Maybe the problem is bouncing around unpredictably on the waves?
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Offline darkenfast

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Re: Fairing reuse
« Reply #670 on: 03/22/2017 08:09 AM »
darkenfast, yes I was also surprised by that declaration. What I mean is: composites should have a pretty good resistance to saltwater, the fairing is not made out of mild steel; we are also talking about few hours max, not years floating in the sea. If recoveries become the norm they can always invest in better paint, sealing etc.
Maybe the problem is bouncing around unpredictably on the waves?
Obviously, in rough weather, some water is going to get in.  As hulls go, this is a very buoyant potential boat.  In the kind of waves and swells that you get out in deep water, I believe it would just ride over everything, responding very quickly.  It would probably roll a lot because of its circular cross section.  Something called a "flopper-stopper" might help (it hangs over the side, like a sea anchor, but straight down - the drag slows the roll).  The chute(s) would make something of a sea-anchor, unfortunately if it didn't collapse, it would be like chasing a light dinghy flying a spinnaker!  Jettison capability might be good. 

Having said all that, it will be interesting to see what they REALLY have planned.

Online AncientU

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Re: Fairing reuse
« Reply #671 on: 03/22/2017 10:27 PM »
darkenfast, yes I was also surprised by that declaration. What I mean is: composites should have a pretty good resistance to saltwater, the fairing is not made out of mild steel; we are also talking about few hours max, not years floating in the sea. If recoveries become the norm they can always invest in better paint, sealing etc.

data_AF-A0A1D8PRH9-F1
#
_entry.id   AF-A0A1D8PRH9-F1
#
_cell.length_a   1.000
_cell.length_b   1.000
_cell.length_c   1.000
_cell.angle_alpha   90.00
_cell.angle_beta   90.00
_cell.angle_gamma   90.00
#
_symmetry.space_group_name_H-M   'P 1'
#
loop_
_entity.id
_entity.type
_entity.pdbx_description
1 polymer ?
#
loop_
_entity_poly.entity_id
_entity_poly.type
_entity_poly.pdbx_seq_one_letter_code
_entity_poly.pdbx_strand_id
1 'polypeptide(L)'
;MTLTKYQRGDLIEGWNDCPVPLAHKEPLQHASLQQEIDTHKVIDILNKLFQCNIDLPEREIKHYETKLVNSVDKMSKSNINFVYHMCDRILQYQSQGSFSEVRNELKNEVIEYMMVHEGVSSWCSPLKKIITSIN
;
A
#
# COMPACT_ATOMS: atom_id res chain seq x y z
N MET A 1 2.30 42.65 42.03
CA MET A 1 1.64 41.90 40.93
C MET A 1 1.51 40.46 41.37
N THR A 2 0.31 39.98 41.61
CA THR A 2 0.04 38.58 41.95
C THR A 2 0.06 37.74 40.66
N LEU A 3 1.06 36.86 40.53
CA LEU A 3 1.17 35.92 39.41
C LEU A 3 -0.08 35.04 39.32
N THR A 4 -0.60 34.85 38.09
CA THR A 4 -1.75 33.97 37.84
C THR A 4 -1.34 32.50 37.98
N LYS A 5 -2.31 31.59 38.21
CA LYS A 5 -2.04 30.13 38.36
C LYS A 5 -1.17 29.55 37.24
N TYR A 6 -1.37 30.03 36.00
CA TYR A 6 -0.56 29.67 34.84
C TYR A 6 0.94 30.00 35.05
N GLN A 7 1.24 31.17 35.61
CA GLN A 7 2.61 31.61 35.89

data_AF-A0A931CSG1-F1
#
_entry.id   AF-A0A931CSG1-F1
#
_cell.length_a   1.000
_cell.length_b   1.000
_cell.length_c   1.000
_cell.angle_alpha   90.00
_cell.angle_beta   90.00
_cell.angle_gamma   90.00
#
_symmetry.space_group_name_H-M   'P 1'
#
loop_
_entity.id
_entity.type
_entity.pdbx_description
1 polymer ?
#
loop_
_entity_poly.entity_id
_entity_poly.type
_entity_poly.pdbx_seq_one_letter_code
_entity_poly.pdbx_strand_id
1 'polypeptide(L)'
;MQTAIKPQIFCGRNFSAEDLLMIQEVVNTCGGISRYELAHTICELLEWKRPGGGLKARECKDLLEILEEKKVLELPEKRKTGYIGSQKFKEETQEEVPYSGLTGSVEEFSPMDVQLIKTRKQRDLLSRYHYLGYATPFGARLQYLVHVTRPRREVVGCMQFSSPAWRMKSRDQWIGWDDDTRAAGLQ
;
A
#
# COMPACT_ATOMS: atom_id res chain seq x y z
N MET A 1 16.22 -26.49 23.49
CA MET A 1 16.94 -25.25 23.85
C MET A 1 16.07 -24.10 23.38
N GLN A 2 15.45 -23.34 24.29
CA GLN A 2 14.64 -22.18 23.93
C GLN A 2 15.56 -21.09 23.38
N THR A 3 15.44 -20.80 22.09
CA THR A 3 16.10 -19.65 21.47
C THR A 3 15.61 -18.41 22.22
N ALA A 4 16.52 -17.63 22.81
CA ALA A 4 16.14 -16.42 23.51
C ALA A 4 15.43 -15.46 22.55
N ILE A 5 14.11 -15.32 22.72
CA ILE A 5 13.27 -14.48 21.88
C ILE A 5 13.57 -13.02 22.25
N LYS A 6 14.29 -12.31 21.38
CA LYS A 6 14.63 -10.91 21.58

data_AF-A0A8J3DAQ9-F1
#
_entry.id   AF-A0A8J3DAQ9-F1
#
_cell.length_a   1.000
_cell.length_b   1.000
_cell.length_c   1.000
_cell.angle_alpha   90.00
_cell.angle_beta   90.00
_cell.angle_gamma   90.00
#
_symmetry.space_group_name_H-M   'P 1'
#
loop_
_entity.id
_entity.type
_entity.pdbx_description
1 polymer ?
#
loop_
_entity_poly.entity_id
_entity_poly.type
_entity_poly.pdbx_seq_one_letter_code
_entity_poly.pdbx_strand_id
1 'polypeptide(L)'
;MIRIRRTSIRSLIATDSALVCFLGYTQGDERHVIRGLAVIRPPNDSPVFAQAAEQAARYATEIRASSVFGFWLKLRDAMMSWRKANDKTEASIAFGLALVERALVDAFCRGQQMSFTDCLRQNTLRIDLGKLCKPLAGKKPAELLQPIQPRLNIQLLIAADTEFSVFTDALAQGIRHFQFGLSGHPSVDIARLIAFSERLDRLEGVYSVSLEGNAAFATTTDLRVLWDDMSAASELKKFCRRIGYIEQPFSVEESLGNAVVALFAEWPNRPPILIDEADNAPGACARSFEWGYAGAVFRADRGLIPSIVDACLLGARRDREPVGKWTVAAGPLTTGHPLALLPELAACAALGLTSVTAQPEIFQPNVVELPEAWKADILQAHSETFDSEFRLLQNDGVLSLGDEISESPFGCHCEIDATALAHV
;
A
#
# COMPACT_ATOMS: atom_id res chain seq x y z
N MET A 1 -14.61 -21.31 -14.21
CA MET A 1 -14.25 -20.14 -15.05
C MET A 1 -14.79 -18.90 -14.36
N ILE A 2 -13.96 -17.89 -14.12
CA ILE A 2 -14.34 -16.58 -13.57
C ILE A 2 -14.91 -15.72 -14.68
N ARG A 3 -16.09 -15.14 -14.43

The fairing uses honeycomb aluminum and carbon composites as I recall.
Question: Are the void areas in the honeycomb filled and/or vented*? 

Doesn't seem like a good idea to have them air-filled and working to de-laminate the structure when under vacuum (zero pressure) externally.  But if vented, they could fill with sea water if landed in the pond which would destroy the fairing or at least make it unfit for reuse.

*All of the vacuum components we build are provided a means to vent each of the void areas to ensure no gas is trapped after vacuum is drawn.
« Last Edit: 03/22/2017 10:30 PM by AncientU »
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Offline iamlucky13

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Re: Fairing reuse